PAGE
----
The Most Ridiculous Adopt a Pet Story You've Ever Heard
My sister's family decided to adopt a dog a few years ago. Their children love dogs and had been waiting patiently (sort of) for their parents to decide they could finally get a dog.
They took their children to a local shelter and found a few prospects. The shelter had a little yard for adoptive families to play with the dogs. Right away they saw two dogs they liked. They were Golden Retriever/Lab mixes. Their names were Cougar and Bear. They took the dogs to the yard and played with them. They were calm, gentle and sweet.
Then they took out a chocolate lab. He was younger than Cougar and Bear and much more rambunctious. In fact, he was a little wild, so they decided they'd rather have Cougar or Bear. My sister took the children to the car while my brother-in-law (BIL from now on) told the shelter employee that they'd like to adopt Cougar or Bear. He was told they wanted to keep them together.
BIL went to the car and discussed it with my sister. They decided they'd rather have two calm and sweet dogs than one wild dog, so they agreed they'd take both. He told the shelter worker, who sat BIL down at a table to fill out the paperwork.
He was surprised at the length and depth of the questions on the form. One question asked if he had a pick-up the dogs would ride in. He grew up in Idaho where a pick-up truck is just a Miada with a big storage compartment if there isn't a dog in the back, it's front legs perched on a toolbox and it's ears flapping in the wind. He said yes.
Another question asked if the dog would spend a lot of time outside. He has a large yard that his children spend a lot of time in, so logically, the dogs would be with the children. He again said yes. It even asked how long he'd been with his current employer. I'm not sure why that's relevant. As long as he can afford dog food, that should be satisfactory.
At the bottom of the form it asked what training method he planned to use to handle any bad behavior on the dog's part? A training method? There are names for those? He didn't know of a dog training method. That's one of the reasons he was taking the older, already trained dogs. But the blank spot for his answer was looming there, needing to be filled. A training method. The only method of any kind that he could think of was the Suzuki method--the method used to teach children piano and violin. He'd taken a month of Suzuki method piano as a child. Surely this form was a formality anyway. So in the training method, he put Suzuki method.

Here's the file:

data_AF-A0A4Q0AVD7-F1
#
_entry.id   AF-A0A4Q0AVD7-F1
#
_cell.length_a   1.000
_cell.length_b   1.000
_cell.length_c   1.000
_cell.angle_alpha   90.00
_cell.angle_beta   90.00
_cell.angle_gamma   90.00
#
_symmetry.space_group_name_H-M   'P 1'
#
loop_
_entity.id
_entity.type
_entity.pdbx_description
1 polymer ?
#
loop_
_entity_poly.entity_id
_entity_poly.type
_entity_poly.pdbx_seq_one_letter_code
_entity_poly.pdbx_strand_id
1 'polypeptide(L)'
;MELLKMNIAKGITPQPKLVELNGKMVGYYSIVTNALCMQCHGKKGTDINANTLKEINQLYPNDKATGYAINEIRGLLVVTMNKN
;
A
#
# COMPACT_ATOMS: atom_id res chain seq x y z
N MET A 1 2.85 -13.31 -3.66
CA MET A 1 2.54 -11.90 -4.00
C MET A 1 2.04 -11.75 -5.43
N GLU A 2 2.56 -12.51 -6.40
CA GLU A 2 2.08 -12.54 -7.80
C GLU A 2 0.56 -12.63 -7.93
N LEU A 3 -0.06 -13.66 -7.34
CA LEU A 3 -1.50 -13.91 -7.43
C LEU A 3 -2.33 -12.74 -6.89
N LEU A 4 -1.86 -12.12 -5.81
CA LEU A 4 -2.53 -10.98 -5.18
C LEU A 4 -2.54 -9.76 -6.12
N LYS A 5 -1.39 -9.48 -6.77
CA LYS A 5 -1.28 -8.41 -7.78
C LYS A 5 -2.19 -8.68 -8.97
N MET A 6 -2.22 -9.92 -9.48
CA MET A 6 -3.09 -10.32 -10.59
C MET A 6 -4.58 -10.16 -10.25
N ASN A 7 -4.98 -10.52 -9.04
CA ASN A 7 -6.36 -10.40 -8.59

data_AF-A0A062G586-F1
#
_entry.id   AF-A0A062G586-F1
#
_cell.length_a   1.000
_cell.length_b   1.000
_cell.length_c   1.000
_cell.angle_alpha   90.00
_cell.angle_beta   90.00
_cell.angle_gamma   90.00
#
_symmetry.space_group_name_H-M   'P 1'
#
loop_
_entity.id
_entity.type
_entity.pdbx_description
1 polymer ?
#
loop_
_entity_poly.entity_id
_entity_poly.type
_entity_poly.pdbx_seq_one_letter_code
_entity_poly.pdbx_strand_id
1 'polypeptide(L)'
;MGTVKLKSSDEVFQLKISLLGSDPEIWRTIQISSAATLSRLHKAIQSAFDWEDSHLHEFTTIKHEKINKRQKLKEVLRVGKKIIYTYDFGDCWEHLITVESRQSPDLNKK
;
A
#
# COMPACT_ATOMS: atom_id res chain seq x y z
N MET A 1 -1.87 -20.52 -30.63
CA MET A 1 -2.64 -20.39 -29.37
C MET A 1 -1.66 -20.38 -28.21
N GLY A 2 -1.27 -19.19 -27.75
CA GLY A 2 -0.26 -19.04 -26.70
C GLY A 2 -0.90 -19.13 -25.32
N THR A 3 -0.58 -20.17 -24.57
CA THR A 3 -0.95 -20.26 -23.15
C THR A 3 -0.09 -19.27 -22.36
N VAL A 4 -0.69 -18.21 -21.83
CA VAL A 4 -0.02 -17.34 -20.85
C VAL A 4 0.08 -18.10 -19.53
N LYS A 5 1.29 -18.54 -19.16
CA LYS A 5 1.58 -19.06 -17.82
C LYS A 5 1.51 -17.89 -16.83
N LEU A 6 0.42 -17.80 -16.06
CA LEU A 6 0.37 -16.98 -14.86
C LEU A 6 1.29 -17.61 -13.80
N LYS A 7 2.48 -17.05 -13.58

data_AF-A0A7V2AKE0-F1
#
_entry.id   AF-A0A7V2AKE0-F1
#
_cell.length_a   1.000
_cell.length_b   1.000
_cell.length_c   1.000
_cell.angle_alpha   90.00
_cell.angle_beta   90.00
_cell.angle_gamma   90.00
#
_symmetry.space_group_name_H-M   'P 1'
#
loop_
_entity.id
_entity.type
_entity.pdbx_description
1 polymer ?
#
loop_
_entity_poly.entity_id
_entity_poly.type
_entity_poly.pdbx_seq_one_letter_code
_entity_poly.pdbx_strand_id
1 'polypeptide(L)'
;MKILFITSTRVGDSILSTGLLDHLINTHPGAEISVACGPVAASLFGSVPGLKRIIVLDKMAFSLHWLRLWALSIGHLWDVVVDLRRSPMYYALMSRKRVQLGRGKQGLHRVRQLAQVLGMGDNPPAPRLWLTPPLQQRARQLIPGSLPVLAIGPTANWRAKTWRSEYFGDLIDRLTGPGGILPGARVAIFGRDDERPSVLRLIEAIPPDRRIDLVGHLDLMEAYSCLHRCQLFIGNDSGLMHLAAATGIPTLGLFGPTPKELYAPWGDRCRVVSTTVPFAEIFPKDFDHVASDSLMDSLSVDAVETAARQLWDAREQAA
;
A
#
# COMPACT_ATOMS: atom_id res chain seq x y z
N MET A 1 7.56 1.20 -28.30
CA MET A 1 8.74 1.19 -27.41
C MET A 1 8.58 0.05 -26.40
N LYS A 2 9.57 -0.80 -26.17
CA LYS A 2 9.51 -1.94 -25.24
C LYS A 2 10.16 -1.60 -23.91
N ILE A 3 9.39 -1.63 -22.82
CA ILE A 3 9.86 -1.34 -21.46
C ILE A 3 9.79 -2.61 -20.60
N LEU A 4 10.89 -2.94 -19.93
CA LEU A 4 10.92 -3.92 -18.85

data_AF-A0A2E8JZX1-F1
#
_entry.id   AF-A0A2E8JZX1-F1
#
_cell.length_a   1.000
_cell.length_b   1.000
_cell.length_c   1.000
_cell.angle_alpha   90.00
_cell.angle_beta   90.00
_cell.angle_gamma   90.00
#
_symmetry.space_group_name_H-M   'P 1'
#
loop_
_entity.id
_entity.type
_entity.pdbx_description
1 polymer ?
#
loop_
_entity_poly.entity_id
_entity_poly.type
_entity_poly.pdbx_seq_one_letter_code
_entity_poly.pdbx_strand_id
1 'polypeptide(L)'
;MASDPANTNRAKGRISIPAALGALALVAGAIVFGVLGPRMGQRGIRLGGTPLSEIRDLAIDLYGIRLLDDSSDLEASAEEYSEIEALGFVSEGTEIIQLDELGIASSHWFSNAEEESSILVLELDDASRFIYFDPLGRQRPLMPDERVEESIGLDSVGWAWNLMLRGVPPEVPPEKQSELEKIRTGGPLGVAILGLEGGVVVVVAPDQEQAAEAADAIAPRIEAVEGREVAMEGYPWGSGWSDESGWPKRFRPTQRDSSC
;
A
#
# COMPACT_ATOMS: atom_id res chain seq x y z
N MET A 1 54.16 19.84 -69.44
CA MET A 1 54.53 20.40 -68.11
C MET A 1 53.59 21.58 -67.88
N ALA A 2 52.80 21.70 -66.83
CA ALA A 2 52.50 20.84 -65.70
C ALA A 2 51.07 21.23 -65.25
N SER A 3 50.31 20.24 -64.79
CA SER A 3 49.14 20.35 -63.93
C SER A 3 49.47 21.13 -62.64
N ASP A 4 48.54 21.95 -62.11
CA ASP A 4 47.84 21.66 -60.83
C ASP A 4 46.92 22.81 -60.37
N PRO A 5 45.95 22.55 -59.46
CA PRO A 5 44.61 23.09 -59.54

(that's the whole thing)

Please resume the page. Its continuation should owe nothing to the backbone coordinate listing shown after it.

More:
When he had the form completed, an adoption specialist came in and sat down with him. Row by row, answer by answer, they went over the form. It didn't take long for him to realize he was going to have to justify the Suzuki method response. What was he going to say?
Adoption Specialist (AS): Hmm, the Suzuki method. I don't think I've ever heard of that one. What is it?
BIL: I grew up in Idaho and it's a method that a lady down the street taught.
AS: Oh really? Well, what is it?
BIL: Well, basically what it is is a method of repetition.
AS: Mm hmm. Go on.
BIL: Well, if you're trying to teach the dog to go to the bathroom in one spot, you'll take the dog to that spot. If the dog doesn't go, you're back out there 30 minutes later to the exact same spot. You continue that every 30 minutes until they learn that they go there. It's just a lot of repetition and consistency.
AS: I see. Okay, great. I'll be right back. I've got to talk to my manager.
Five minutes went by. Then ten minutes.
Eventually another woman came in. "I'm sorry, Mr. BIL. Your request has been denied."
"What? Wait a minute. Why?" Greeting the five children waiting in the car empty-handed wasn't something he wanted to do.
She pointed out the question about the pick-up truck. "We don't like our dogs to ride in trucks. It isn't safe. That's a no-no."
"Okay, we have a van. We'll have them ride in the van."
"About the dogs being outside. We want them to be inside at least 50 percent of the time."
"Sure, that's no problem. They can be inside half the time."
"Well." She hesitated. "We don't like to do any adoptions this close to closing time so we'll need you to give us a call tomorrow."
BIL says, "We'd really like them."
She says, "Give us a call tomorrow."
When they called back, they were denied. It must have been easier to say no over the phone.
A week or so later, they adopted a 3-legged yellow lab named Jack from a different shelter. He'd lost his leg in an accident. He's been a happy and loved member of the family for nearly three years.
It's baffling to me that potential euthanasia would be preferable to a family with a pickup whose kids would play with the dog outside and who would use consistency and repetition to train the dogs, if that was needed. I hope Cougar and Bear were adopted by Paris Hilton. Because she's the only person I can think of who'd have babied and spoiled and loved those dogs more than my sister's family.
Now, go adopt a dog.
(Image from http://www.ilovedogs.com/2009/09/are-you-a-hero-adopt-a-dog-and-become-one/)